The number of people emigrating from Ireland continues to rise, with an estimated 250 people departing the country on a daily basis in search of work and a better life.

Figures compiled by the Irish Independent provide fresh details of where migrants have been going in the last year, with English-speaking countries proving to be the most popular.

Many of those leaving Ireland behind are young graduates who are failing to find work in their field and must leave family and friends behind to pursue their chosen career paths.

The National Youth Council of Ireland said that it hoped 2014 would see a corner being turned and that the numbers emigrating would begin to drop.

"The last employment figures showed the numbers of people aged 25-34 in employment are down by 9pc – but in our view this is mainly due to emigration," said NYCI officer Marie-Claire McAleer.

"If job growth continues we hope and expect the numbers of young people emigrating in 2014 will reduce."

The US continued to entice emigrants, with more than 20,300 work permits issued to Irish people last year, including almost 1,700 permanent ones. The Irish Independent says official US immigration figures suggest a brain drain of talent from Ireland as 1,171 Irish people with "extraordinary abilities or achievements" immigrated to the United States from Ireland as did 1,259 athletes, artists and entertainers.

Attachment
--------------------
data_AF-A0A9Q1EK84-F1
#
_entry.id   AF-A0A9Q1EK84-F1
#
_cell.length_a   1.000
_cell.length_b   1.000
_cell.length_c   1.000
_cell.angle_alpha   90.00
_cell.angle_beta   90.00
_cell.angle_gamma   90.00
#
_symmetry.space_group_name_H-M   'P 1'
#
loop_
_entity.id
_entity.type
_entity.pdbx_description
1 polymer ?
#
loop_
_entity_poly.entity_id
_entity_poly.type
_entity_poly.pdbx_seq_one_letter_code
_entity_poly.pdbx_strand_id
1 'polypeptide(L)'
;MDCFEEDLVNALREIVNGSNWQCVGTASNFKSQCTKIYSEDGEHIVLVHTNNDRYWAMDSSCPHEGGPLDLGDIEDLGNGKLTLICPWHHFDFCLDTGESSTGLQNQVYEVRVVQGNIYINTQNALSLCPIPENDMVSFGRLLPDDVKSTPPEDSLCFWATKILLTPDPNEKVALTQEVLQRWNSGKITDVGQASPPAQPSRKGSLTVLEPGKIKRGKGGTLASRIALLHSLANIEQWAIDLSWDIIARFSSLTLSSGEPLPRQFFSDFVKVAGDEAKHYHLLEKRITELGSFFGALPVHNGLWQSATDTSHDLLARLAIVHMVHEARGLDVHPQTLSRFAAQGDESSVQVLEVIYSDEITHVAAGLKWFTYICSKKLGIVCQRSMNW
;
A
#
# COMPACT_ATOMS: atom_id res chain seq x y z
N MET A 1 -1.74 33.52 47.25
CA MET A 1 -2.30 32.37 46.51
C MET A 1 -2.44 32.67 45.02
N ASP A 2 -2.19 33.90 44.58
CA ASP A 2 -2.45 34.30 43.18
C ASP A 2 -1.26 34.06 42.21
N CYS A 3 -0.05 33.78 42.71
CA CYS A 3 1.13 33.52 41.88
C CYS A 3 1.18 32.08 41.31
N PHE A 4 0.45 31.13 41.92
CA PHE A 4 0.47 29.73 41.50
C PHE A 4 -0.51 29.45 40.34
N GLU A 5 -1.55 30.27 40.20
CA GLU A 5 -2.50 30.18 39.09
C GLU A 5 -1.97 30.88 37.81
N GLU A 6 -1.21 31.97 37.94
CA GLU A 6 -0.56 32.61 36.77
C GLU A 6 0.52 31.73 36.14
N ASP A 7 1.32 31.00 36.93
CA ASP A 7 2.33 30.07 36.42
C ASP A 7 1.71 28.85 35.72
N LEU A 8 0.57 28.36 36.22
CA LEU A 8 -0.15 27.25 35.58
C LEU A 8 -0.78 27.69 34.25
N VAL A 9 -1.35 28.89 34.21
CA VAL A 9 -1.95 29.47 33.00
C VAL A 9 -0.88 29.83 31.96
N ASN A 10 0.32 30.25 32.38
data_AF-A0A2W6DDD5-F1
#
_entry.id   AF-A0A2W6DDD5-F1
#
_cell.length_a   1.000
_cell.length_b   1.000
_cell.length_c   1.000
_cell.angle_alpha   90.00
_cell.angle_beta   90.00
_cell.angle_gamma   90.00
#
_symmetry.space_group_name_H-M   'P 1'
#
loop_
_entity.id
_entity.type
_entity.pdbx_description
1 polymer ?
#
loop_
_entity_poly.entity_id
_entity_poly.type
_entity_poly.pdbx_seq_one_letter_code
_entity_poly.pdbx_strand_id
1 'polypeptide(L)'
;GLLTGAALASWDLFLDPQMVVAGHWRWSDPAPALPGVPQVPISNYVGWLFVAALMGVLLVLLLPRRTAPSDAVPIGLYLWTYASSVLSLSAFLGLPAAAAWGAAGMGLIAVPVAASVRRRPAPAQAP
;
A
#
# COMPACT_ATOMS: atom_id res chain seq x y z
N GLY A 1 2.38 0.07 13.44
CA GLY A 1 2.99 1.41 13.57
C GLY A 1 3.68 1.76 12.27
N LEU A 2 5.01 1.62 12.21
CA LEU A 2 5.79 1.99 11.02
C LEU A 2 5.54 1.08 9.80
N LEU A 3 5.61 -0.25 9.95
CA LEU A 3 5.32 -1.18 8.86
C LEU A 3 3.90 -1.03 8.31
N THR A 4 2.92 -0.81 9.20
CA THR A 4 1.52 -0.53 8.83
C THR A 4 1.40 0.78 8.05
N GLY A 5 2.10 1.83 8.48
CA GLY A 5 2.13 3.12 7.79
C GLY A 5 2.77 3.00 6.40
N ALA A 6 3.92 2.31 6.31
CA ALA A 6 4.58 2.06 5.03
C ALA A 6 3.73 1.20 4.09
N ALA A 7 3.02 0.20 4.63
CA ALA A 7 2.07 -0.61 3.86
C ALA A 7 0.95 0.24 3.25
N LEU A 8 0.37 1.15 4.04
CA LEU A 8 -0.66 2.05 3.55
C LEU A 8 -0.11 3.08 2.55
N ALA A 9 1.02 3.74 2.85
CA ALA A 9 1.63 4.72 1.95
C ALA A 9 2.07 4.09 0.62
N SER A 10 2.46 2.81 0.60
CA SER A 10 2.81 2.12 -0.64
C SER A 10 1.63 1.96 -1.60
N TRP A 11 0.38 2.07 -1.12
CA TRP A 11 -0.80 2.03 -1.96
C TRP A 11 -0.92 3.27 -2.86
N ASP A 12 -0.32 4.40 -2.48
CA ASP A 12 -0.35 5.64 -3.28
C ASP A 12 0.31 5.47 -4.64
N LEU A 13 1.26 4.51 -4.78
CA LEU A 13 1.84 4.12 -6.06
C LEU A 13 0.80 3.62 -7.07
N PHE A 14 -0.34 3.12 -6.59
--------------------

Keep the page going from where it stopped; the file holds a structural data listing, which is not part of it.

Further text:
The latest figures also reveal that there was a 27pc increase in the number of Irish people moving to Canada, with 6,693 temporary work permits and another 895 permanent visas issued during 2012 – an emigration rate that is six times higher than it was during the boom.

Separately, data from Ireland's Central Statistics Office show some 89,000 left in the 12 months to April 2013, almost 2,000 more than a year earlier.

One in six households has seen a family member emigrate since 2006, according to a major report this year.

The University College Cork and the Irish Research Council also revealed that unemployment is not the only reason to leave the country, as in fact almost half of emigrants were in full-time jobs before they moved.

But there was clear evidence of a brain drain as many of these were health professionals or IT specialists seeking better jobs or conditions elsewhere.

There are signs of hope for Ireland's young graduates as increasing numbers (52pc) are getting work in Ireland within a few months of graduating, although the number of those emigrating to find a job (10pc) is still rising.

Those who complete a higher qualification, such as a masters degree or a PhD, are more likely to walk straight into employment in Ireland.

The figures represented below were compiled by the Herald.

Emigration 89,000 (CSO May 2012-April 2013):

* New Zealand 4,959 – 2012/13

* Australia 39,559 – 2012/13 (5,209 permanent, 15,850 working holiday and 18,500 temporary skilled working visas)

* Canada 7,558 – 2012 (895 permanent, 6,693 temporary)

* US 20,306 – 2012 (18,612 temporary, 1,694 permanent)

* UK – 15,400